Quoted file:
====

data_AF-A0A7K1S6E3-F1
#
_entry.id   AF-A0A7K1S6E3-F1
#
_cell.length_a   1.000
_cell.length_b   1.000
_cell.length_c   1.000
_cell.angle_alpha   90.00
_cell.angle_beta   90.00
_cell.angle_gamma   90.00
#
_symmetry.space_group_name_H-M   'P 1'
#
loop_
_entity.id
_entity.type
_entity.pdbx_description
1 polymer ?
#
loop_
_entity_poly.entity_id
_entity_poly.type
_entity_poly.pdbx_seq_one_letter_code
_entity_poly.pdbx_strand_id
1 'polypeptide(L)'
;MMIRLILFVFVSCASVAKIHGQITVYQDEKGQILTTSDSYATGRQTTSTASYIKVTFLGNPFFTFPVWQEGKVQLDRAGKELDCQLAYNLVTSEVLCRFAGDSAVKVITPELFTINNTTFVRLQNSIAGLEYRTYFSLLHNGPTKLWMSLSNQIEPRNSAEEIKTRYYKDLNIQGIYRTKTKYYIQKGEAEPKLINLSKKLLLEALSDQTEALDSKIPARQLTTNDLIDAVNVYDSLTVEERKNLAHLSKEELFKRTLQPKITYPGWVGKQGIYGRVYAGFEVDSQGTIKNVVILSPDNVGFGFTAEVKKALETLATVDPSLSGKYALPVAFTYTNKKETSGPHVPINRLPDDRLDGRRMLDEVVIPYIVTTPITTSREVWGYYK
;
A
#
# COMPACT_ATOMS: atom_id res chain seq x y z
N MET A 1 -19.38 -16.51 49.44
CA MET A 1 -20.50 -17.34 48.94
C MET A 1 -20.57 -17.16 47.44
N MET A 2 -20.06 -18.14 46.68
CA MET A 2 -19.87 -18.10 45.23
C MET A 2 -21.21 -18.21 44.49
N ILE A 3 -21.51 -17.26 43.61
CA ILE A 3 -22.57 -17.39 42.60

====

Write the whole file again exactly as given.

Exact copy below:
data_AF-A0A7K1S6E3-F1
#
_entry.id   AF-A0A7K1S6E3-F1
#
_cell.length_a   1.000
_cell.length_b   1.000
_cell.length_c   1.000
_cell.angle_alpha   90.00
_cell.angle_beta   90.00
_cell.angle_gamma   90.00
#
_symmetry.space_group_name_H-M   'P 1'
#
loop_
_entity.id
_entity.type
_entity.pdbx_description
1 polymer ?
#
loop_
_entity_poly.entity_id
_entity_poly.type
_entity_poly.pdbx_seq_one_letter_code
_entity_poly.pdbx_strand_id
1 'polypeptide(L)'
;MMIRLILFVFVSCASVAKIHGQITVYQDEKGQILTTSDSYATGRQTTSTASYIKVTFLGNPFFTFPVWQEGKVQLDRAGKELDCQLAYNLVTSEVLCRFAGDSAVKVITPELFTINNTTFVRLQNSIAGLEYRTYFSLLHNGPTKLWMSLSNQIEPRNSAEEIKTRYYKDLNIQGIYRTKTKYYIQKGEAEPKLINLSKKLLLEALSDQTEALDSKIPARQLTTNDLIDAVNVYDSLTVEERKNLAHLSKEELFKRTLQPKITYPGWVGKQGIYGRVYAGFEVDSQGTIKNVVILSPDNVGFGFTAEVKKALETLATVDPSLSGKYALPVAFTYTNKKETSGPHVPINRLPDDRLDGRRMLDEVVIPYIVTTPITTSREVWGYYK
;
A
#
# COMPACT_ATOMS: atom_id res chain seq x y z
N MET A 1 -19.38 -16.51 49.44
CA MET A 1 -20.50 -17.34 48.94
C MET A 1 -20.57 -17.16 47.44
N MET A 2 -20.06 -18.14 46.68
CA MET A 2 -19.87 -18.10 45.23
C MET A 2 -21.21 -18.21 44.49
N ILE A 3 -21.51 -17.26 43.61
CA ILE A 3 -22.57 -17.39 42.60